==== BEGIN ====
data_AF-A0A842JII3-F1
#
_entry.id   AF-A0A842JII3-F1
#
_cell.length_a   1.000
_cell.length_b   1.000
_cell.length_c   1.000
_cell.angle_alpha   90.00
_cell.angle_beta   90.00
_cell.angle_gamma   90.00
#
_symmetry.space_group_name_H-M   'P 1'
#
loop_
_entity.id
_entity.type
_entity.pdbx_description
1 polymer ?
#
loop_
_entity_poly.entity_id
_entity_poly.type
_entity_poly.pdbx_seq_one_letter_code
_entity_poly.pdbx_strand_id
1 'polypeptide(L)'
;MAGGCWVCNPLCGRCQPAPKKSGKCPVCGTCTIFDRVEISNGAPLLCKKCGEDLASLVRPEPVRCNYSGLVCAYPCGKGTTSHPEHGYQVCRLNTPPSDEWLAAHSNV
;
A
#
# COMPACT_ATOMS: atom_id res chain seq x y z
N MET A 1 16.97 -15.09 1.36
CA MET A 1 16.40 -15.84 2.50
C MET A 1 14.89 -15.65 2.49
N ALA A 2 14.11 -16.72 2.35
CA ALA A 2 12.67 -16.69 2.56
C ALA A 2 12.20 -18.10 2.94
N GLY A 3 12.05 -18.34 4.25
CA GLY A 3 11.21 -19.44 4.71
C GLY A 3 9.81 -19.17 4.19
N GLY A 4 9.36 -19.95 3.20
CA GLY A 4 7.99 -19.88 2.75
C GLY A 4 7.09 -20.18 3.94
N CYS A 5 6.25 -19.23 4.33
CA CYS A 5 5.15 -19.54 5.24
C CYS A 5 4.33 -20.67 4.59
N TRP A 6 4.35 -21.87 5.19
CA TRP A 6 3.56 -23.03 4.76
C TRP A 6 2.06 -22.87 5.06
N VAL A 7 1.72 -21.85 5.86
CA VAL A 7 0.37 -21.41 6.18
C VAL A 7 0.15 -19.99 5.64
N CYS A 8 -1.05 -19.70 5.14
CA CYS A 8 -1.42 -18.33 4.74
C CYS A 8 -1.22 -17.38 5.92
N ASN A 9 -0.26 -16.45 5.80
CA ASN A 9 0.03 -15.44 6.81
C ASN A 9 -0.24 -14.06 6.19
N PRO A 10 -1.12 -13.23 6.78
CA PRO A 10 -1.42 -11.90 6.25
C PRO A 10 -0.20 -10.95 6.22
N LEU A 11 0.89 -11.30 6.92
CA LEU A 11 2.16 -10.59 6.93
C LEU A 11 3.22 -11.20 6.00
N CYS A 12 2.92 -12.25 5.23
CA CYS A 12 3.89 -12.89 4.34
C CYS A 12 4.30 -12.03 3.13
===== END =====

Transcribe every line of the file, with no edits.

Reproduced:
data_AF-A0A842JII3-F1
#
_entry.id   AF-A0A842JII3-F1
#
_cell.length_a   1.000
_cell.length_b   1.000
_cell.length_c   1.000
_cell.angle_alpha   90.00
_cell.angle_beta   90.00
_cell.angle_gamma   90.00
#
_symmetry.space_group_name_H-M   'P 1'
#
loop_
_entity.id
_entity.type
_entity.pdbx_description
1 polymer ?
#
loop_
_entity_poly.entity_id
_entity_poly.type
_entity_poly.pdbx_seq_one_letter_code
_entity_poly.pdbx_strand_id
1 'polypeptide(L)'
;MAGGCWVCNPLCGRCQPAPKKSGKCPVCGTCTIFDRVEISNGAPLLCKKCGEDLASLVRPEPVRCNYSGLVCAYPCGKGTTSHPEHGYQVCRLNTPPSDEWLAAHSNV
;
A
#
# COMPACT_ATOMS: atom_id res chain seq x y z
N MET A 1 16.97 -15.09 1.36
CA MET A 1 16.40 -15.84 2.50
C MET A 1 14.89 -15.65 2.49
N ALA A 2 14.11 -16.72 2.35
CA ALA A 2 12.67 -16.69 2.56
C ALA A 2 12.20 -18.10 2.94
N GLY A 3 12.05 -18.34 4.25
CA GLY A 3 11.21 -19.44 4.71
C GLY A 3 9.81 -19.17 4.19
N GLY A 4 9.36 -19.95 3.20
CA GLY A 4 7.99 -19.88 2.75
C GLY A 4 7.09 -20.18 3.94
N CYS A 5 6.25 -19.23 4.33
CA CYS A 5 5.15 -19.54 5.24
C CYS A 5 4.33 -20.67 4.59
N TRP A 6 4.35 -21.87 5.19
CA TRP A 6 3.56 -23.03 4.76
C TRP A 6 2.06 -22.87 5.06
N VAL A 7 1.72 -21.85 5.86
CA VAL A 7 0.37 -21.41 6.18
C VAL A 7 0.15 -19.99 5.64
N CYS A 8 -1.05 -19.70 5.14
CA CYS A 8 -1.42 -18.33 4.74
C CYS A 8 -1.22 -17.38 5.92
N ASN A 9 -0.26 -16.45 5.80
CA ASN A 9 0.03 -15.44 6.81
C ASN A 9 -0.24 -14.06 6.19
N PRO A 10 -1.12 -13.23 6.78
CA PRO A 10 -1.42 -11.90 6.25
C PRO A 10 -0.20 -10.95 6.22
N LEU A 11 0.89 -11.30 6.92
CA LEU A 11 2.16 -10.59 6.93
C LEU A 11 3.22 -11.20 6.00
N CYS A 12 2.92 -12.25 5.23
CA CYS A 12 3.89 -12.89 4.34
C CYS A 12 4.30 -12.03 3.13